dishandspoon Sat 22-Feb-14 21:21:48

tigerlillyd02 and Silver Stars thank you so much for replying. Tigerlillyd02, I completely empathise. I have enough self-insight to be able to step outside my condition and see what it does to those around me. To the extent that I broke off a long term relationship because I could see what it was doing to my partner - I also recognised that I had an unhealthy dependence upon them and that that was damaging both to them and to me also, in terms of recovery (for us both). It's a horrible horrible illness - lack of insight feels as bad as good insight into 'what the problem is' as neither brings respite. Alhough as SilverStar said the good thing is that at least in recognising the problem I can start addressing it. I hate this illness, I curse it, it ruins lives. It feels like a curse.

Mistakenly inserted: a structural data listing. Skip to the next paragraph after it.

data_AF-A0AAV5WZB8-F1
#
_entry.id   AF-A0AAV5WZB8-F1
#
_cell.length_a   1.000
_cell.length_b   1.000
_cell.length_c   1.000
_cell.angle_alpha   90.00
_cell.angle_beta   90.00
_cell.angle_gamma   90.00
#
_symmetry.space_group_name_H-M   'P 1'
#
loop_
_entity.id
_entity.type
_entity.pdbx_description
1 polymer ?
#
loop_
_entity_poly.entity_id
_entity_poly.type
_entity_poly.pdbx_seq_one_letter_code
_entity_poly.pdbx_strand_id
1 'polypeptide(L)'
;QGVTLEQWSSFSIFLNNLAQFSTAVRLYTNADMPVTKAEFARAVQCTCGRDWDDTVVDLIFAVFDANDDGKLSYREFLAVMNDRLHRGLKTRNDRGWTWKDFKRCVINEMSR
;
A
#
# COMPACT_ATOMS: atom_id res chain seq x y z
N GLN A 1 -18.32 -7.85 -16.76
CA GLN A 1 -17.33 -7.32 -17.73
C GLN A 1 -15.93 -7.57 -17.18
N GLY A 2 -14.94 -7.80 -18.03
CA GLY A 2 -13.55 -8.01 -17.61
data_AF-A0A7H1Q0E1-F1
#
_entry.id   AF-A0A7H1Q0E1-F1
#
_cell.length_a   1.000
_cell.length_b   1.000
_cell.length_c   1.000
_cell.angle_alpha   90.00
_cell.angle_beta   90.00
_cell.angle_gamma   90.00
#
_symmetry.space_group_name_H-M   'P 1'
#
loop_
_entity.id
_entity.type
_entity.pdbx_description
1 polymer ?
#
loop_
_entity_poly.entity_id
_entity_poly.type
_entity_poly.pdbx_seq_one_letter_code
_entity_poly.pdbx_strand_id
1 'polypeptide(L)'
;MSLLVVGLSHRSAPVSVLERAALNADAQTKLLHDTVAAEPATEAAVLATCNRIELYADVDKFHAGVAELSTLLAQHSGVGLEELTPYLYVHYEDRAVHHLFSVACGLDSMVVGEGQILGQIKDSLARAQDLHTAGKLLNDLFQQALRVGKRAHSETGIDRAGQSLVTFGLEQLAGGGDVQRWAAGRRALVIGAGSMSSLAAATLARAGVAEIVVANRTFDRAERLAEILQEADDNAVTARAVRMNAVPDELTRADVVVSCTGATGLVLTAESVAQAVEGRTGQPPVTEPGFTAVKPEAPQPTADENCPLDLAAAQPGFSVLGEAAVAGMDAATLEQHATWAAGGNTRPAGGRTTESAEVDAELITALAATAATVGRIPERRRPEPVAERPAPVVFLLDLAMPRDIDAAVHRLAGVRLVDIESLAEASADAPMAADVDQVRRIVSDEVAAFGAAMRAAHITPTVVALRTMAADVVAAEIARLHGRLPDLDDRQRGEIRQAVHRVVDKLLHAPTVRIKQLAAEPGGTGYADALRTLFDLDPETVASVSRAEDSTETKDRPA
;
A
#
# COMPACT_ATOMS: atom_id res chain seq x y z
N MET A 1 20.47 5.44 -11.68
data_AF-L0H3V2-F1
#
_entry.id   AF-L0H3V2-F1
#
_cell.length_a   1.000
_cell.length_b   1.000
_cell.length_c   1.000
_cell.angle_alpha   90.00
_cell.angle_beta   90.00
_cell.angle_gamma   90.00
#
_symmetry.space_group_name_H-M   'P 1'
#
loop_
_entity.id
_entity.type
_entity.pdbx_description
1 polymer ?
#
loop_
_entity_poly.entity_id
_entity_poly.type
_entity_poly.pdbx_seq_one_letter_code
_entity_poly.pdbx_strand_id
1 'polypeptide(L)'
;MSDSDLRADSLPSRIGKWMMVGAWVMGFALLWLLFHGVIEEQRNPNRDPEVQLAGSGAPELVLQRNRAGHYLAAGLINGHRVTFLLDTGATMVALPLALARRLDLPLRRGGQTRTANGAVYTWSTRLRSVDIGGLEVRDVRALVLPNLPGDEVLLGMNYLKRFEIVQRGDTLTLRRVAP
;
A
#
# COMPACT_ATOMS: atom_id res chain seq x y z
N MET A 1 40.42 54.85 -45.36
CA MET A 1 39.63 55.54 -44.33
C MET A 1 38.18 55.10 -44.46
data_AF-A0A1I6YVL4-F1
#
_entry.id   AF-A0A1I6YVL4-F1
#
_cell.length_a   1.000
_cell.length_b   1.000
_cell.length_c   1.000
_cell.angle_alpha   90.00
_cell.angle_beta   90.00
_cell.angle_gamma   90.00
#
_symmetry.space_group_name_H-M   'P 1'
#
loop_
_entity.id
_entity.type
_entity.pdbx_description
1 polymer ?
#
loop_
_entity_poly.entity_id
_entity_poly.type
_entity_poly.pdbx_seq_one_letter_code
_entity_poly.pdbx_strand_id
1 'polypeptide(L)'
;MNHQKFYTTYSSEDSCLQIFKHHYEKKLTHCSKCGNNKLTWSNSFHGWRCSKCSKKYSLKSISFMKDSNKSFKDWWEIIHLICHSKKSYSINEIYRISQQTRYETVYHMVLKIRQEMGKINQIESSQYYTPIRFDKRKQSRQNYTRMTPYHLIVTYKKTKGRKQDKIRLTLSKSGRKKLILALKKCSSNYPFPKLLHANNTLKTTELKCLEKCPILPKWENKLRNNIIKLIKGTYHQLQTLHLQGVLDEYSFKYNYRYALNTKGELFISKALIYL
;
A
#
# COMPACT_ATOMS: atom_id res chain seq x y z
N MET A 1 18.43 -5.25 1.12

Tigerlilly you have my sincere sympathy, your partner and you sound like you are really battling this and I can see both sides, it is an evil illness, I am so sorry that both you and your partner are going through this. I am very lucky that my ex partner is very supportive and helps me out a lot with the kids. I am so thankful for this - not for my sake but for my kids, as I think they need that balance. I identified with what you said about your partner and her relationship with her kids - I have had to look very closely at my relationship with my kids and question similar stuff. I do my absolute best for my kids and have always encouraged independence whilst supporting them, but I do worry about messing them up, just because I'm their mum : (

I have an appointment with the CMHT soon, so am going to ask them about getting properly assessed.